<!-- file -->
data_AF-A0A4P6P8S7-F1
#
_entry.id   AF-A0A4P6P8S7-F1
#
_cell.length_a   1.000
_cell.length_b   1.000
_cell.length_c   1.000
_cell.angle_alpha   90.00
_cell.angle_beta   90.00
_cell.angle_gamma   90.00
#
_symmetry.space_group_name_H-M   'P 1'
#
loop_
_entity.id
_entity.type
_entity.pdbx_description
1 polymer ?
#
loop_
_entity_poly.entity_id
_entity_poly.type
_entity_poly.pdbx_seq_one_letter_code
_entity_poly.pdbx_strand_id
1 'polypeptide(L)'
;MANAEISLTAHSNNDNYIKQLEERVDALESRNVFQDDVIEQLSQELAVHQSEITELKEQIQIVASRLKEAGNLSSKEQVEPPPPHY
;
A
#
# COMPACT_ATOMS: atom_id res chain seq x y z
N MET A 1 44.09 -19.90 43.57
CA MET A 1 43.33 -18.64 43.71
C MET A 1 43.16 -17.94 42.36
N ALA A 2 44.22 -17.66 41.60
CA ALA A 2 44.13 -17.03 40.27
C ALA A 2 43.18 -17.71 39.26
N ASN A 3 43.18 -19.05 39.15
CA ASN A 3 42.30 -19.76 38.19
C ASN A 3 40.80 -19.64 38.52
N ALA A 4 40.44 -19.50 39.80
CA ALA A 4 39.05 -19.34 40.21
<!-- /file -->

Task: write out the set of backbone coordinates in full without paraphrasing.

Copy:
data_AF-A0A4P6P8S7-F1
#
_entry.id   AF-A0A4P6P8S7-F1
#
_cell.length_a   1.000
_cell.length_b   1.000
_cell.length_c   1.000
_cell.angle_alpha   90.00
_cell.angle_beta   90.00
_cell.angle_gamma   90.00
#
_symmetry.space_group_name_H-M   'P 1'
#
loop_
_entity.id
_entity.type
_entity.pdbx_description
1 polymer ?
#
loop_
_entity_poly.entity_id
_entity_poly.type
_entity_poly.pdbx_seq_one_letter_code
_entity_poly.pdbx_strand_id
1 'polypeptide(L)'
;MANAEISLTAHSNNDNYIKQLEERVDALESRNVFQDDVIEQLSQELAVHQSEITELKEQIQIVASRLKEAGNLSSKEQVEPPPPHY
;
A
#
# COMPACT_ATOMS: atom_id res chain seq x y z
N MET A 1 44.09 -19.90 43.57
CA MET A 1 43.33 -18.64 43.71
C MET A 1 43.16 -17.94 42.36
N ALA A 2 44.22 -17.66 41.60
CA ALA A 2 44.13 -17.03 40.27
C ALA A 2 43.18 -17.71 39.26
N ASN A 3 43.18 -19.05 39.15
CA ASN A 3 42.30 -19.76 38.19
C ASN A 3 40.80 -19.64 38.52
N ALA A 4 40.44 -19.50 39.80
CA ALA A 4 39.05 -19.34 40.21